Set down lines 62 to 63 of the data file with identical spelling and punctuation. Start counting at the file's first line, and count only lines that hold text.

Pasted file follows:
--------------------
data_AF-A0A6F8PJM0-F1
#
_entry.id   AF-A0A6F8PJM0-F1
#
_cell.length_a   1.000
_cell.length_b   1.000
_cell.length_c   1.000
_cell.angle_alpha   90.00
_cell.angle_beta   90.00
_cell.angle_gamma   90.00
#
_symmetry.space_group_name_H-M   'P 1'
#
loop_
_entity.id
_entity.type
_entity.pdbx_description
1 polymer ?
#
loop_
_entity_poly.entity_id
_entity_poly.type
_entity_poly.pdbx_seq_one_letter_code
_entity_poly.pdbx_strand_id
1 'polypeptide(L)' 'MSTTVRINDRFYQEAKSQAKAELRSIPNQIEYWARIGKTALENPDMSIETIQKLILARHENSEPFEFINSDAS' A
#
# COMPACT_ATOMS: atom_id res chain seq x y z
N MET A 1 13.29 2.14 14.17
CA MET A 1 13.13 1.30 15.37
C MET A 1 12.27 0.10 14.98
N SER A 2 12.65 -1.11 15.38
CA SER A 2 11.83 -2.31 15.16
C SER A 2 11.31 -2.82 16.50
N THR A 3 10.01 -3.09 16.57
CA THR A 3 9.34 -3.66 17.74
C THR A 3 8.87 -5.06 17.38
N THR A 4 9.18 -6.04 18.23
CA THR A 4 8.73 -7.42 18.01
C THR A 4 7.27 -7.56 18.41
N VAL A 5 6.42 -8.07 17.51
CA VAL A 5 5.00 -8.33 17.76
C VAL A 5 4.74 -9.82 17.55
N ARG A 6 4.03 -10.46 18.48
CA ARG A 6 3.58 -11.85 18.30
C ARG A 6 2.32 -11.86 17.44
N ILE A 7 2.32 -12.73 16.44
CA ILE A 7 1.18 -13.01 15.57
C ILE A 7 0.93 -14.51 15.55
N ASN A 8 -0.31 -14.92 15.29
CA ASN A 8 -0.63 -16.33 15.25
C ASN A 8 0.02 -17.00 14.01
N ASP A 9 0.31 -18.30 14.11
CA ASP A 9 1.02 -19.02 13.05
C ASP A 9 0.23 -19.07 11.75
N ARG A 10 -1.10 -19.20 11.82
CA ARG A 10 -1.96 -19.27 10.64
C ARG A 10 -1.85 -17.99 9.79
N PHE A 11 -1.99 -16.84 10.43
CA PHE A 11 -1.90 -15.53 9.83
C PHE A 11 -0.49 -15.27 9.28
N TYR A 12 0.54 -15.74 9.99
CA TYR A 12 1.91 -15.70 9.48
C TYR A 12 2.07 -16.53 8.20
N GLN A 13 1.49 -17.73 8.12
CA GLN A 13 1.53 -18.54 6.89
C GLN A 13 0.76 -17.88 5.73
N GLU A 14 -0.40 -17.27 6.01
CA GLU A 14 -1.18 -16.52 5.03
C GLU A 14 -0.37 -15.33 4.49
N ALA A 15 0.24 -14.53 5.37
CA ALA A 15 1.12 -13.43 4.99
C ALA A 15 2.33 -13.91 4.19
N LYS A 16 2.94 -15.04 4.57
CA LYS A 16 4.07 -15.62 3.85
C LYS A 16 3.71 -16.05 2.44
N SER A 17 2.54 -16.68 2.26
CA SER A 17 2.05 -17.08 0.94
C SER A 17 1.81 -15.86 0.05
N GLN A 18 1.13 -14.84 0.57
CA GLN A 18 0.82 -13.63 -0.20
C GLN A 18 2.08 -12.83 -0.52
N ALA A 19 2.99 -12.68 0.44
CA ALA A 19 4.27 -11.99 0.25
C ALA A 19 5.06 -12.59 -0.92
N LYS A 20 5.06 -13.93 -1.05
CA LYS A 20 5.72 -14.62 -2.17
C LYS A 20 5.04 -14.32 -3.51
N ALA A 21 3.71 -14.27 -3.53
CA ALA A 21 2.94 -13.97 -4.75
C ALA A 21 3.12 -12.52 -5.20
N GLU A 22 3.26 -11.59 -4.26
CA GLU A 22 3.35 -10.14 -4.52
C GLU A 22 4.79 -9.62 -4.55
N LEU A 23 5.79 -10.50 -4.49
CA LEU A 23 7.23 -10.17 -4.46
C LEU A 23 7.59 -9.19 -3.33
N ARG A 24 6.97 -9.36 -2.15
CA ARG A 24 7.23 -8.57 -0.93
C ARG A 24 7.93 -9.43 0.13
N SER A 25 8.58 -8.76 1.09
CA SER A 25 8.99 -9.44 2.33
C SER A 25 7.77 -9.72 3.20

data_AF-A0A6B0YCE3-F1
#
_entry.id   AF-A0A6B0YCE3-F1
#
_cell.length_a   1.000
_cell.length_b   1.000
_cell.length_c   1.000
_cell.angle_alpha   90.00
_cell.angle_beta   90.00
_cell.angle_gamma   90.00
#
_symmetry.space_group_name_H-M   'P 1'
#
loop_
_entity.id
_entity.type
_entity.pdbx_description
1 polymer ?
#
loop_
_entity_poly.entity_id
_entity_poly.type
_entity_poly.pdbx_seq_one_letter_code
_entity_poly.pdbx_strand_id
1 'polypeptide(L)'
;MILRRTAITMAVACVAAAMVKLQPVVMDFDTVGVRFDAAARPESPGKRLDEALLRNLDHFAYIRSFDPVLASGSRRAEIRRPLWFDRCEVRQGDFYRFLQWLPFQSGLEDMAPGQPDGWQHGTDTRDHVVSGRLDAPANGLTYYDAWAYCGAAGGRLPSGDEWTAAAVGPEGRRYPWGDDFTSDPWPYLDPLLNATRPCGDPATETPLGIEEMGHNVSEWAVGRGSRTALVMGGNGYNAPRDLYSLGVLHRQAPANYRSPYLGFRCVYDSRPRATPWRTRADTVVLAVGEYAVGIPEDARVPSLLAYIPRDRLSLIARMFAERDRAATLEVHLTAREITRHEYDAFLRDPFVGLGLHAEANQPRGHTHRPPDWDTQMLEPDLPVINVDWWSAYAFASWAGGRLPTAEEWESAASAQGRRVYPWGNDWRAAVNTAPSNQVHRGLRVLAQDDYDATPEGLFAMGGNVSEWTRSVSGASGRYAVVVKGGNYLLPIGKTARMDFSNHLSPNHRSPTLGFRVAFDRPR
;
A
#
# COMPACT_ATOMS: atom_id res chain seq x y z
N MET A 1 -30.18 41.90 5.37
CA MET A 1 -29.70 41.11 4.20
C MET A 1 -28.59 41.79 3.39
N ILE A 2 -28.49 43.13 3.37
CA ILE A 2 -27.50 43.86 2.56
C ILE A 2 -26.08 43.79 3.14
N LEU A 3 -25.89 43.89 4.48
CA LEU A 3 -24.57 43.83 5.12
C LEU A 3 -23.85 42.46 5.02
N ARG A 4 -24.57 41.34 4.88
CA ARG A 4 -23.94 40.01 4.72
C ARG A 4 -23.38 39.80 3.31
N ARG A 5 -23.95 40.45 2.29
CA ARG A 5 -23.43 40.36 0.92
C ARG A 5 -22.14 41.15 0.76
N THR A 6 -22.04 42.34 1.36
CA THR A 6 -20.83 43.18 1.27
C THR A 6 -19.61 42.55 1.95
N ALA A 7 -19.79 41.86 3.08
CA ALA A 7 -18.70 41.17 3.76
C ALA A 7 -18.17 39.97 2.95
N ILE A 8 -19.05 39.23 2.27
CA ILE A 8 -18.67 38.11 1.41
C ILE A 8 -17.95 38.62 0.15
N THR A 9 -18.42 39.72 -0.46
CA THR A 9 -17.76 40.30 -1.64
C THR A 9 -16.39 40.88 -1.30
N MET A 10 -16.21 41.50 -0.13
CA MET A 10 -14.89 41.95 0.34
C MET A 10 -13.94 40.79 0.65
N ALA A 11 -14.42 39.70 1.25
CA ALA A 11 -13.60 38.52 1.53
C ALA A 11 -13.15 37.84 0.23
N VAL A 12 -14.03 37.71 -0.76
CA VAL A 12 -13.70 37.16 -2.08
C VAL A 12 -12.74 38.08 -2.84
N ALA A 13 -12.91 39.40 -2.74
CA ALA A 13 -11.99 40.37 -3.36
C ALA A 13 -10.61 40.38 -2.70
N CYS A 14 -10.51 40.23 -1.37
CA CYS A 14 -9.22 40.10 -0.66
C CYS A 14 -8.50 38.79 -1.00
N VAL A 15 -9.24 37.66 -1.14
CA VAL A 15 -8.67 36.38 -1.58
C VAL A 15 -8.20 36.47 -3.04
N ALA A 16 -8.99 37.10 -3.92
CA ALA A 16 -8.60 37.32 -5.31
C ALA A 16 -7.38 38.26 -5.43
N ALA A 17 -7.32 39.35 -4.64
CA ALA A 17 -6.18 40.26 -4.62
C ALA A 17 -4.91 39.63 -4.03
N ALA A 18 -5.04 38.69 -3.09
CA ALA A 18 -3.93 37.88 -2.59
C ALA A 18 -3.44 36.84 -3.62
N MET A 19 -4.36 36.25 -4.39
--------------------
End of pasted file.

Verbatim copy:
CA TYR A 12 1.91 -15.70 9.48
C TYR A 12 2.07 -16.53 8.20